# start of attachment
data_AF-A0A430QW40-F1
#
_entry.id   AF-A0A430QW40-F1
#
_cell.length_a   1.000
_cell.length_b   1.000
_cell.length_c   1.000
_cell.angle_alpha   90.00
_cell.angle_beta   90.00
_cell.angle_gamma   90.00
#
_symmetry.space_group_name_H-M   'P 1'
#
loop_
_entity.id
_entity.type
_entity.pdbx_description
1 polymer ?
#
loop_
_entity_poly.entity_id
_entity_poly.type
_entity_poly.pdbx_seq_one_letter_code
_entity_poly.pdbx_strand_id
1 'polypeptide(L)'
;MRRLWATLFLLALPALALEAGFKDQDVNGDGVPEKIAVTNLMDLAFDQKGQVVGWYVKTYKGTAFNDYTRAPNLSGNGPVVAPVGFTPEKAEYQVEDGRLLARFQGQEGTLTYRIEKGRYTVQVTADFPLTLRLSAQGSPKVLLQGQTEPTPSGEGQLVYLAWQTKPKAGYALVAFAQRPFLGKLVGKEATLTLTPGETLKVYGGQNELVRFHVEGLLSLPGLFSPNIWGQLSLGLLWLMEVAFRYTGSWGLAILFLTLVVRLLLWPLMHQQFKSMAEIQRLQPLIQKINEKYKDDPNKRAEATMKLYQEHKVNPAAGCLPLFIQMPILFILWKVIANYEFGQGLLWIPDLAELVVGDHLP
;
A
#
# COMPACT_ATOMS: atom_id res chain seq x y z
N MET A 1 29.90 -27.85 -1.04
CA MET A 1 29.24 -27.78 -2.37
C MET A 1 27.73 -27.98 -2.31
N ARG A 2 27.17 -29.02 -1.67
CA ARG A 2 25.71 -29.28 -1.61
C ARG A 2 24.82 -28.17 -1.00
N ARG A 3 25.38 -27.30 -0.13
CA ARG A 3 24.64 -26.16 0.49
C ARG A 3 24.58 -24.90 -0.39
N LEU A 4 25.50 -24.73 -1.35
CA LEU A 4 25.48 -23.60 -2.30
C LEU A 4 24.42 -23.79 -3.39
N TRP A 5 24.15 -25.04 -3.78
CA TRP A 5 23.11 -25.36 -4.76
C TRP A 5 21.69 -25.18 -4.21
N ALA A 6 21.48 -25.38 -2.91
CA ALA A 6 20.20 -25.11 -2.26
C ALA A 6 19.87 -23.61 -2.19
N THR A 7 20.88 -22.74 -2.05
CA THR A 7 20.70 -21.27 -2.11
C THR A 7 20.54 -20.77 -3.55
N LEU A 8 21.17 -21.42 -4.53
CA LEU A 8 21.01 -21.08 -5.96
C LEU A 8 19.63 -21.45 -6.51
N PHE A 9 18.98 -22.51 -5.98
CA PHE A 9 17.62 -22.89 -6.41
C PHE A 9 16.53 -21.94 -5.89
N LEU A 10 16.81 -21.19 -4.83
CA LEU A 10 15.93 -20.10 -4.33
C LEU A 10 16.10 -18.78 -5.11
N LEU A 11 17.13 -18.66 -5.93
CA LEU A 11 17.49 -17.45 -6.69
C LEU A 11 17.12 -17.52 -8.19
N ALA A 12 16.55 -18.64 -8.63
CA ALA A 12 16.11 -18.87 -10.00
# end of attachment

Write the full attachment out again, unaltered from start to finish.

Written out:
data_AF-A0A430QW40-F1
#
_entry.id   AF-A0A430QW40-F1
#
_cell.length_a   1.000
_cell.length_b   1.000
_cell.length_c   1.000
_cell.angle_alpha   90.00
_cell.angle_beta   90.00
_cell.angle_gamma   90.00
#
_symmetry.space_group_name_H-M   'P 1'
#
loop_
_entity.id
_entity.type
_entity.pdbx_description
1 polymer ?
#
loop_
_entity_poly.entity_id
_entity_poly.type
_entity_poly.pdbx_seq_one_letter_code
_entity_poly.pdbx_strand_id
1 'polypeptide(L)'
;MRRLWATLFLLALPALALEAGFKDQDVNGDGVPEKIAVTNLMDLAFDQKGQVVGWYVKTYKGTAFNDYTRAPNLSGNGPVVAPVGFTPEKAEYQVEDGRLLARFQGQEGTLTYRIEKGRYTVQVTADFPLTLRLSAQGSPKVLLQGQTEPTPSGEGQLVYLAWQTKPKAGYALVAFAQRPFLGKLVGKEATLTLTPGETLKVYGGQNELVRFHVEGLLSLPGLFSPNIWGQLSLGLLWLMEVAFRYTGSWGLAILFLTLVVRLLLWPLMHQQFKSMAEIQRLQPLIQKINEKYKDDPNKRAEATMKLYQEHKVNPAAGCLPLFIQMPILFILWKVIANYEFGQGLLWIPDLAELVVGDHLP
;
A
#
# COMPACT_ATOMS: atom_id res chain seq x y z
N MET A 1 29.90 -27.85 -1.04
CA MET A 1 29.24 -27.78 -2.37
C MET A 1 27.73 -27.98 -2.31
N ARG A 2 27.17 -29.02 -1.67
CA ARG A 2 25.71 -29.28 -1.61
C ARG A 2 24.82 -28.17 -1.00
N ARG A 3 25.38 -27.30 -0.13
CA ARG A 3 24.64 -26.16 0.49
C ARG A 3 24.58 -24.90 -0.39
N LEU A 4 25.50 -24.73 -1.35
CA LEU A 4 25.48 -23.60 -2.30
C LEU A 4 24.42 -23.79 -3.39
N TRP A 5 24.15 -25.04 -3.78
CA TRP A 5 23.11 -25.36 -4.76
C TRP A 5 21.69 -25.18 -4.21
N ALA A 6 21.48 -25.38 -2.91
CA ALA A 6 20.20 -25.11 -2.26
C ALA A 6 19.87 -23.61 -2.19
N THR A 7 20.88 -22.74 -2.05
CA THR A 7 20.70 -21.27 -2.11
C THR A 7 20.54 -20.77 -3.55
N LEU A 8 21.17 -21.42 -4.53
CA LEU A 8 21.01 -21.08 -5.96
C LEU A 8 19.63 -21.45 -6.51
N PHE A 9 18.98 -22.51 -5.98
CA PHE A 9 17.62 -22.89 -6.41
C PHE A 9 16.53 -21.94 -5.89
N LEU A 10 16.81 -21.19 -4.83
CA LEU A 10 15.93 -20.10 -4.33
C LEU A 10 16.10 -18.78 -5.11
N LEU A 11 17.13 -18.66 -5.93
CA LEU A 11 17.49 -17.45 -6.69
C LEU A 11 17.12 -17.52 -8.19
N ALA A 12 16.55 -18.64 -8.63
CA ALA A 12 16.11 -18.87 -10.00